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Improving Conductivity Image Quality Using Block Matrix-based Multiple Regularization (BMMR) Technique in EIT: A Simulation Study

inherent ill-posedness of the system, direct analytical methods fail to get the unique solution of this problem and hence a minimization algorithm [ 39 , 40 , 41 ] is found as the best way to obtain its approximate solution. In the minimization algorithm, an objective function, formed by the difference between the experimental or measured data (V m ) and the model predicted data (V c ), is minimized by the Gauss-Newton method [ 39 , 40 , 41 , 42 , 43 ] to find the approximate solution. Conductivity reconstruction in EIT is a nonlinear, highly ill-posed [ 39 , 40

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Studies in Rheoencephalography (REG)

ongoing and continuous within the scientific community. Internet-based data search systems today trace REG literature back for decades. These articles illustrate the wide spectrum of REG research; however, a literature review is beyond the scope of this article. A search in Medline/Pubmed using the keyword ‘rheoencephalography’ produced 297 hits including three reviews and three free full tests; a Google search resulted in 21, 200 hits (December 27, 2009). REG is included in a recent international book-length publication [ 3 ] and is mentioned as a potential method for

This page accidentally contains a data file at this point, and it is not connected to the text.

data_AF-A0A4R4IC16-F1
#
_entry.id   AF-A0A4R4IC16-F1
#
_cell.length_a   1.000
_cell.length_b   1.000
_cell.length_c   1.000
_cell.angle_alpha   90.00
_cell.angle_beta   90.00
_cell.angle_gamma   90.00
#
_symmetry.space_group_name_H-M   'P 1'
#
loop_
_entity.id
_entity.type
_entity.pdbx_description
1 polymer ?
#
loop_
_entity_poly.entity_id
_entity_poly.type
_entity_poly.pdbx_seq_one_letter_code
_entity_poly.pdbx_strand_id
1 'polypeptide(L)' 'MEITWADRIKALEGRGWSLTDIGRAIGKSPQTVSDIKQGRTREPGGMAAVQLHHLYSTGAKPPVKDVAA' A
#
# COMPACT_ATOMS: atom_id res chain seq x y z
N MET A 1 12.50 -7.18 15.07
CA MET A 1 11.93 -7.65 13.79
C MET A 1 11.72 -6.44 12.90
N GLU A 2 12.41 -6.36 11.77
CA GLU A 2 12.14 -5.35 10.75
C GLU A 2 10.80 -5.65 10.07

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Detection and elimination of signal errors due to unintentional movements in biomedical magnetic induction tomography spectroscopy (MITS)

Introduction Magnetic induction tomography spectroscopy (MITS), the combination of magnetic induction tomography (MIT) [ 1 , 2 , 3 ] and magnetic induction spectroscopy (MIS) [ 4 , 5 ], is a contactless, non-invasive near-field imaging modality aiming at the reconstruction of the passive electromagnetic properties (PEP) of different materials. MITS requires time-harmonic excitation (primary) magnetic fields to be coupled from a transmitting coil array to the material under investigation. As a direct consequence, eddy currents will be induced in the

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Estimating electrical properties and the thickness of skin with electrical impedance spectroscopy: Mathematical analysis and measurements

and its properties in vivo due to the diverse functions of the skin and the factors affecting the skin condition. To date, a range of different techniques – confocal Raman spectrometer [ 1 ], optical coherence tomography [ 2 ], reflectance confocal microscopy [ 3 ], ultrasound imaging [ 4 ], biopsy [ 5 ] and transepidermal water loss in combination with stratum corneum stripping [ 6 , 7 ] – have been employed to determine the thickness of skin with findings that often vary from one method to another. The situation is exacerbated when attempts are made to measure

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